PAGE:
Uncovering the Grammar of the Social Field
“If you are interested in the invisible dimension of leading profound social change — and in a blend of action science and consciousness to illuminate that blind spot – then read on…” This was Otto Scharmer’s invitation on his Huffington Post blog recently. Otto went on to explain “Today, in most social systems, we collectively produce results that no one wants. These results show up in the form of environmental, social, and cultural destruction. The ecological divide (which disconnects self from nature), the social divide (which disconnects self from other), and the spiritual divide (which disconnects self from self) shape the larger context in every large system change today.”
The intention of Otto’s article was to “uncover the grammar of the social field — the key variables that make it possible for the operating logics and modes (states and stages) of a social field to shift.”
The following are some of the learnings that struck me from his article:
- Where does the real (most important) work of leaders, change-makers and consulting organisations such as Future Considerations lie? I heard Otto say that the real work lies in cultivating what he terms the social field. By social field, he means the form and shape or anatomy (structure) of relationships among individuals, groups, organisations, and systems. It is this structure that ultimately determines the behaviours and outcomes of different systems. Like the good farmer who does not simply look after his crop but tends the soil in order to improve its quality; leaders, change-makers and those of us committed to doing ‘on-purpose’ work must dedicate effort and skills to preparing the soil from which eventually the good crop comes.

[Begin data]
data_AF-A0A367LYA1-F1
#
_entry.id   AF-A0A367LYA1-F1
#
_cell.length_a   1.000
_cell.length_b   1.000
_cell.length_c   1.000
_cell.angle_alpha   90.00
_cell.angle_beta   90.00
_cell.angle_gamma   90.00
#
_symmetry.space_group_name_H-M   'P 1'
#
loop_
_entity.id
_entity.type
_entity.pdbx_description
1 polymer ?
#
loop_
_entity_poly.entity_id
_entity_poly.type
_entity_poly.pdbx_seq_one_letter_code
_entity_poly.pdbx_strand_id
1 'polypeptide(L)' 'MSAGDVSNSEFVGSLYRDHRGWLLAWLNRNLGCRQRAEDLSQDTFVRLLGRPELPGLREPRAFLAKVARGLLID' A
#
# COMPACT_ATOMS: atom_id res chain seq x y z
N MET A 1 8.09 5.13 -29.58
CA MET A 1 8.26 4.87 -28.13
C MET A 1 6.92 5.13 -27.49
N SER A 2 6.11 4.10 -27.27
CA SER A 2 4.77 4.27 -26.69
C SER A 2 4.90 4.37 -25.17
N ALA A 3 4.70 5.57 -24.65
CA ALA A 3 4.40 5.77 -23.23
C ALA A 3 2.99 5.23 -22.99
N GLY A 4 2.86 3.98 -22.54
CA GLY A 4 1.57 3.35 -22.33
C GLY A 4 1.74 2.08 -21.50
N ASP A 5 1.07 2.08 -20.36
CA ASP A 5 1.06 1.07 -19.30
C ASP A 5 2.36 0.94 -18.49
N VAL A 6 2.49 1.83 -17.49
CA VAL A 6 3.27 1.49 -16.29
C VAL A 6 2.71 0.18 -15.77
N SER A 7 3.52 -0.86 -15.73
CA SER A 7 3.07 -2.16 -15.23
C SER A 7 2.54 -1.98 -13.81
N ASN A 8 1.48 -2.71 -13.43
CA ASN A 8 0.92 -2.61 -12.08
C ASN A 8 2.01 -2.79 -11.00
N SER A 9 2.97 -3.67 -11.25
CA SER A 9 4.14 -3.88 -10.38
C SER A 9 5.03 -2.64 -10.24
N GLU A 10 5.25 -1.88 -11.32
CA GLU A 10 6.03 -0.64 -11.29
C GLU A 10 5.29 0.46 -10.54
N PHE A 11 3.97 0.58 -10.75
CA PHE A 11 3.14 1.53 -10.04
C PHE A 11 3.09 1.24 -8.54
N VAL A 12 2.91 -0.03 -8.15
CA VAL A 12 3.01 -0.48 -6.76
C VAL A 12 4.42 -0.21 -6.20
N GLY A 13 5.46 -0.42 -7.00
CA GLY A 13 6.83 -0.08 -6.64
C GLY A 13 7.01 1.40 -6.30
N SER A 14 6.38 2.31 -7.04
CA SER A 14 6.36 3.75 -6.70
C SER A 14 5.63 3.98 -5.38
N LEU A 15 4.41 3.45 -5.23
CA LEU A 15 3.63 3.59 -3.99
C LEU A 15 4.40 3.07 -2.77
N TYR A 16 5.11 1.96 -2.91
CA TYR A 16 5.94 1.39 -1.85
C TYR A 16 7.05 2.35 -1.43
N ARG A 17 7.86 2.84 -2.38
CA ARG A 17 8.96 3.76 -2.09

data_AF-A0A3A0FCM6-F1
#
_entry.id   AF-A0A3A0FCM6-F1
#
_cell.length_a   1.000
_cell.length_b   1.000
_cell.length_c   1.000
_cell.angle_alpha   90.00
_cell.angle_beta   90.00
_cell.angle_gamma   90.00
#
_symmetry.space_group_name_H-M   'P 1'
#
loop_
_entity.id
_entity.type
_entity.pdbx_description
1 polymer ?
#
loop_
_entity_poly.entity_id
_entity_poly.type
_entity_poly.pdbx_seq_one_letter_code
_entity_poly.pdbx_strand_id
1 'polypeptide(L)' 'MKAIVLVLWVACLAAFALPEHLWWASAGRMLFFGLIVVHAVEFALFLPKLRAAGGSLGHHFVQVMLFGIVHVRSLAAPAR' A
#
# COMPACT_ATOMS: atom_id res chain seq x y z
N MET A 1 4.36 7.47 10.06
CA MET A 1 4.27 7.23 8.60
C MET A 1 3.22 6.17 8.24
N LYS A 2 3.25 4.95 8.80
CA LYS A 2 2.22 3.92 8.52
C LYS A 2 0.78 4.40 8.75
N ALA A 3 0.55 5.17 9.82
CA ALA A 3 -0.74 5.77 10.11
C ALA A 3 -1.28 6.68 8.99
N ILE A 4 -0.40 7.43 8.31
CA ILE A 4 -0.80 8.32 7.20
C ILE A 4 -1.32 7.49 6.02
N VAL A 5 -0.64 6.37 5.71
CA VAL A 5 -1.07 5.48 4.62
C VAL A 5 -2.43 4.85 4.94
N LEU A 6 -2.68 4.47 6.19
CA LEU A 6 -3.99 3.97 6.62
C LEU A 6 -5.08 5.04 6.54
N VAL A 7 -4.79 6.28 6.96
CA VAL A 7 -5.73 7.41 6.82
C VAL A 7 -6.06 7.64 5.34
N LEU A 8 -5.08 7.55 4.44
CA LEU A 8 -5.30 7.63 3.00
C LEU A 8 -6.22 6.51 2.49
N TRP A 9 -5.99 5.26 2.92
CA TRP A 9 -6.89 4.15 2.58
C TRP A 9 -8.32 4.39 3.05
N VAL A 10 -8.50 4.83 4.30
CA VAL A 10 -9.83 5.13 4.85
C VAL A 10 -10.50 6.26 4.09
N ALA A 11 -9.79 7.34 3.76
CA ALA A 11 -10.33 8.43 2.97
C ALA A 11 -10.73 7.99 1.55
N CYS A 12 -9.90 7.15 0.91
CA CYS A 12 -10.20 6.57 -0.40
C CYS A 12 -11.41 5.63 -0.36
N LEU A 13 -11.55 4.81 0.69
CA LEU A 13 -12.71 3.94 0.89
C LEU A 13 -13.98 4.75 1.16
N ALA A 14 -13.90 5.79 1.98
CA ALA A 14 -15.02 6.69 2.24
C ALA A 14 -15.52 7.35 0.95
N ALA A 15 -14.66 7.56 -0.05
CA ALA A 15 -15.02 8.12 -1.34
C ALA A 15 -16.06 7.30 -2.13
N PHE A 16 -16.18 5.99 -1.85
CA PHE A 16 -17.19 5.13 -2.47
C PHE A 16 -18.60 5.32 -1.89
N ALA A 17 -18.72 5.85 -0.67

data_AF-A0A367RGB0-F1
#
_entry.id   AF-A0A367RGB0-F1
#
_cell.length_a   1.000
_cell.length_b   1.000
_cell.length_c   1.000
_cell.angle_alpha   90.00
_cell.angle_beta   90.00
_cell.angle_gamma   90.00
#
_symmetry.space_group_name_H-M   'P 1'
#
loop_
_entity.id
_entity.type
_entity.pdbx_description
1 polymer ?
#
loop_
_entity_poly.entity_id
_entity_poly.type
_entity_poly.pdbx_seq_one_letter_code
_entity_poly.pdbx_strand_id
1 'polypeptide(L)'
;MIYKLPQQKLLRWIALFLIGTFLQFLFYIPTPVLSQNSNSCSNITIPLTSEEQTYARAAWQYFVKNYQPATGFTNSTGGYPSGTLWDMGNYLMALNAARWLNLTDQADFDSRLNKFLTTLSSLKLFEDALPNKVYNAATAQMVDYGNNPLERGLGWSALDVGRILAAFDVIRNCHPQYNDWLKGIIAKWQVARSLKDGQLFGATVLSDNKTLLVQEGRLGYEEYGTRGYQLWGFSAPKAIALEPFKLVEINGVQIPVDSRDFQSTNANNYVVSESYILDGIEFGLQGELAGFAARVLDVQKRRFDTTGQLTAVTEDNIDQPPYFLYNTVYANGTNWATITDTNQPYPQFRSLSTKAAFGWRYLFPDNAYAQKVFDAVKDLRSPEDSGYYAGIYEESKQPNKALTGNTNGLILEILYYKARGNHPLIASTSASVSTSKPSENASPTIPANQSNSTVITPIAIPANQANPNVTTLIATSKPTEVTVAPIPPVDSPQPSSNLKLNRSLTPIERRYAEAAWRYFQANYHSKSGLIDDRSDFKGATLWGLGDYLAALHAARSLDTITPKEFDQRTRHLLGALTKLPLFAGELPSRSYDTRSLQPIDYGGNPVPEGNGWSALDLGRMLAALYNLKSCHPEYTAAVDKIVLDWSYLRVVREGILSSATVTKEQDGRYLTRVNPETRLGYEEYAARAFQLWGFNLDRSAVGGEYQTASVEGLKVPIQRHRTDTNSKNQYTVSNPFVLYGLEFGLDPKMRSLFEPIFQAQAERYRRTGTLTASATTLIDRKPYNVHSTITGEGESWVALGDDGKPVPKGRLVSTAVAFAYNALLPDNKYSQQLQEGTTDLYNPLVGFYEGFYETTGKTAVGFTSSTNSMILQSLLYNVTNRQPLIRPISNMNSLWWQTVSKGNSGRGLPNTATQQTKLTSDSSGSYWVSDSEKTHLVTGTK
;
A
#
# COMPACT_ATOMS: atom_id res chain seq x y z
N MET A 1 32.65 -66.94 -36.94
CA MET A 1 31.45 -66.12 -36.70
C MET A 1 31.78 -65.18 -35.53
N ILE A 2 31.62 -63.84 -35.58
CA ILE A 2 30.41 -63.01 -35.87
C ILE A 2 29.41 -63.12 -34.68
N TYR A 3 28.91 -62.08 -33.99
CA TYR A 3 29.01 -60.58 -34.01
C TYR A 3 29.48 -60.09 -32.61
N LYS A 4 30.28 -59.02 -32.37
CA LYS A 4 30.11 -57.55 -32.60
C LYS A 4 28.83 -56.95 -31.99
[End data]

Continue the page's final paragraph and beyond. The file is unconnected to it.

- What happens when we do not attend to or work at the level of social field? We are like someone who wishes to empty a stream while standing somewhere mid-stream and using a cup for the task. Sooner, rather than later, the ever-flowing water of the stream will drown our efforts because we are not working at the source of the stream. Coming back to our analogy of the farmer’s field, no matter how well the farmer waters his/her crop, if he/she does not attend to the soil in which the seed (and eventually the plant) are, the result might be a poor yield or possible death of the plant. When the social field is not attended to, Otto says, we collectively generate the results we do not intend or want: Broken political and education systems. Climate change. Hunger. Declining quality of health. Financial and economic collapse.
- How then do we “tend” the social field? Otto suggests a number of practices and ways of being for tending the social field:
Begin with bending the beam of (scientific) observation onto the observing self.